Recently, Starbucks moved across the Post Road. It exchanged comfy, friendly digs with limited parking near the diner for cold, unfriendly digs with equally limited parking — but a drive-thru! — near Bank of America.
Fairly quickly, customers noticed that the coffee chain with the green logo was anything but environmentally green. The outside was a mess — though that’s been cleaned up a bit.
The new Starbucks, a few days after opening.
Meanwhile, inside there was no way for customers to separate paper and plastic goods from everything else.
Robie Spector had spent years trying to get managers at the previous Starbucks location to recycle. Facing defensiveness and obfuscation, she stopped going there.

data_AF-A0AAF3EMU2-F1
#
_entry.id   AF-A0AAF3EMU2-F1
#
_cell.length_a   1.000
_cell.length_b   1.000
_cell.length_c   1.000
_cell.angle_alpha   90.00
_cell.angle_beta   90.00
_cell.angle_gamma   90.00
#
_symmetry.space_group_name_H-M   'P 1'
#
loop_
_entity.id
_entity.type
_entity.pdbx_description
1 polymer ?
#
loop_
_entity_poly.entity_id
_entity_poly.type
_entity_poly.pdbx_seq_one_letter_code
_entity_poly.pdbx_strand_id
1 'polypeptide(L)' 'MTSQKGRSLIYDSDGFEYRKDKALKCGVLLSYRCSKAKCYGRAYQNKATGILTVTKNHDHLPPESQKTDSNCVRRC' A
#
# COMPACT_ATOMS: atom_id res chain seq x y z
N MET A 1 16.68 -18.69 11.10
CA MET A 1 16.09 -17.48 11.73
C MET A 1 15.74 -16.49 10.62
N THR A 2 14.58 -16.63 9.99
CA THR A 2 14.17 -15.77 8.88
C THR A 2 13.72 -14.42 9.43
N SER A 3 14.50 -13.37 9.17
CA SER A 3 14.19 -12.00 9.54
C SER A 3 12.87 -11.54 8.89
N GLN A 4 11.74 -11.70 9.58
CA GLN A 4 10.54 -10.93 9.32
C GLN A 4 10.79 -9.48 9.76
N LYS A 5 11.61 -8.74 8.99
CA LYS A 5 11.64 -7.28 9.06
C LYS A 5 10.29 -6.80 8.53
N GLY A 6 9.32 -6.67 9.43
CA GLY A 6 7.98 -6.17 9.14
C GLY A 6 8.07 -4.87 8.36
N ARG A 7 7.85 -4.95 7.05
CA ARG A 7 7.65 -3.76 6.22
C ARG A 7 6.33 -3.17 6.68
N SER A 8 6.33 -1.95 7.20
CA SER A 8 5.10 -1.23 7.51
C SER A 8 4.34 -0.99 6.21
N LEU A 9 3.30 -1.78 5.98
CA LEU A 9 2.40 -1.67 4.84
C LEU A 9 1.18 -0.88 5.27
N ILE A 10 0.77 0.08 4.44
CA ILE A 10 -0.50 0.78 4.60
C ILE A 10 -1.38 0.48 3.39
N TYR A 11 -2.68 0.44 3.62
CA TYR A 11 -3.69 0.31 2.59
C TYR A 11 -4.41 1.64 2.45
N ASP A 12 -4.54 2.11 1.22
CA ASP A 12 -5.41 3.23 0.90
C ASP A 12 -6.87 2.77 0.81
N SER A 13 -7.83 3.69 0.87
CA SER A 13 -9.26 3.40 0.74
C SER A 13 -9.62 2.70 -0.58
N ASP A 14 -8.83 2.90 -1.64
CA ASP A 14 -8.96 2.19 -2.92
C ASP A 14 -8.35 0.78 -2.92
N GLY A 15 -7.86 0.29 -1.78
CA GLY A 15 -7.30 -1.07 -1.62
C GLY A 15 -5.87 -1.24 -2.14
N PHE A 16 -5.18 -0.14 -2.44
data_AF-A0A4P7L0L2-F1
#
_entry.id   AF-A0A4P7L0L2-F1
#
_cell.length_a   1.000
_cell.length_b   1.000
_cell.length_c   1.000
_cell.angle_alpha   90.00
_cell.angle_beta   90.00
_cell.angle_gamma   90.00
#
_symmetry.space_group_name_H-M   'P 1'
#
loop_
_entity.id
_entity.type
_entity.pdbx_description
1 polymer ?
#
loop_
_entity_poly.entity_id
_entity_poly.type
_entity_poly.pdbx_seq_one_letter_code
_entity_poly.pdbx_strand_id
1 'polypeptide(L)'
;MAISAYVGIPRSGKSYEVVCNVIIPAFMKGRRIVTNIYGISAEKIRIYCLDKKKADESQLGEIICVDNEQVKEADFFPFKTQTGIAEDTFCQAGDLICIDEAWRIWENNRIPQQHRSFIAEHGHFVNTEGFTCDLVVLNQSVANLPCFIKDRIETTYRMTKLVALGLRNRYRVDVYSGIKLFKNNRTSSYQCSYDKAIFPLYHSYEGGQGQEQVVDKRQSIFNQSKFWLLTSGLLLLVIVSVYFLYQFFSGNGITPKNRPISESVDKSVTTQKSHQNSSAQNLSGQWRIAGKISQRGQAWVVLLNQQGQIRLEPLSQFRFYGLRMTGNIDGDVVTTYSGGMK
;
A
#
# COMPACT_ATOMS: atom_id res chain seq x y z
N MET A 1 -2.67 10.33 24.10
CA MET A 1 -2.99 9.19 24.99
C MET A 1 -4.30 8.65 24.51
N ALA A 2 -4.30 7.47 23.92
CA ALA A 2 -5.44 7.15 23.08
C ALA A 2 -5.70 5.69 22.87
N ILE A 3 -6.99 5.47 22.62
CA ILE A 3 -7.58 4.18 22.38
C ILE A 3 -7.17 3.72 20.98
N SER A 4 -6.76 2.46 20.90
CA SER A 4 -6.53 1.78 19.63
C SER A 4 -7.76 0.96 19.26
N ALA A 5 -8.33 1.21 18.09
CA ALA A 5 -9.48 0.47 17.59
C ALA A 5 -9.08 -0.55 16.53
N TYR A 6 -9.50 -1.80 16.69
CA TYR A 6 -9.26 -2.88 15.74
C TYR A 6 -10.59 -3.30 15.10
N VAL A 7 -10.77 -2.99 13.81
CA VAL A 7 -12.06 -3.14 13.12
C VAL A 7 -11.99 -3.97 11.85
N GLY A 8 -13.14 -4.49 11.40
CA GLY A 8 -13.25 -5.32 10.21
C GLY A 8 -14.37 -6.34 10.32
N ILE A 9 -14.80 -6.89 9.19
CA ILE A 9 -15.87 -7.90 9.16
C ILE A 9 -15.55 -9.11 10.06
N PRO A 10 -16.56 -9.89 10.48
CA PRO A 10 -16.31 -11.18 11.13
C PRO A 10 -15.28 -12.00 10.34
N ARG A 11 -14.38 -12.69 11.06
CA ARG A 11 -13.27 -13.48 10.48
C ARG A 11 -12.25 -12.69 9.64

Robie gave the new place a try. She was distressed to see no recycling.
She tried again. Again, she got the same lack of answers and “a dash of odd vibe.”
She contacted Starbucks corporate. A district manager called back, blaming the landlord.
Robie contacted the first selectman’s office, who told her to call Public Works. They had good news: State law mandates that businesses recycle.
However, there are no inspectors. So companies do what they want, unchecked.
As they chatted, Robie and Scott Sullivan of Public Works realized that Panera by Home Goods does a great job of recycling. Robie set up a meeting with Sharon, the general manager, who was quite helpful. She emboldened Robie to keep pressing Starbucks’ district manager.
She did. Finally, Robie says, Starbucks is recycling.
At least, it seems that way. Of course, it could all end up in the same place out back. (Thankfully though, that trash has been cleaned up.)
As Thomas Jefferson sort of said, eternal vigilance is the price of a grande iced sugar-free vanilla latte with soy milk.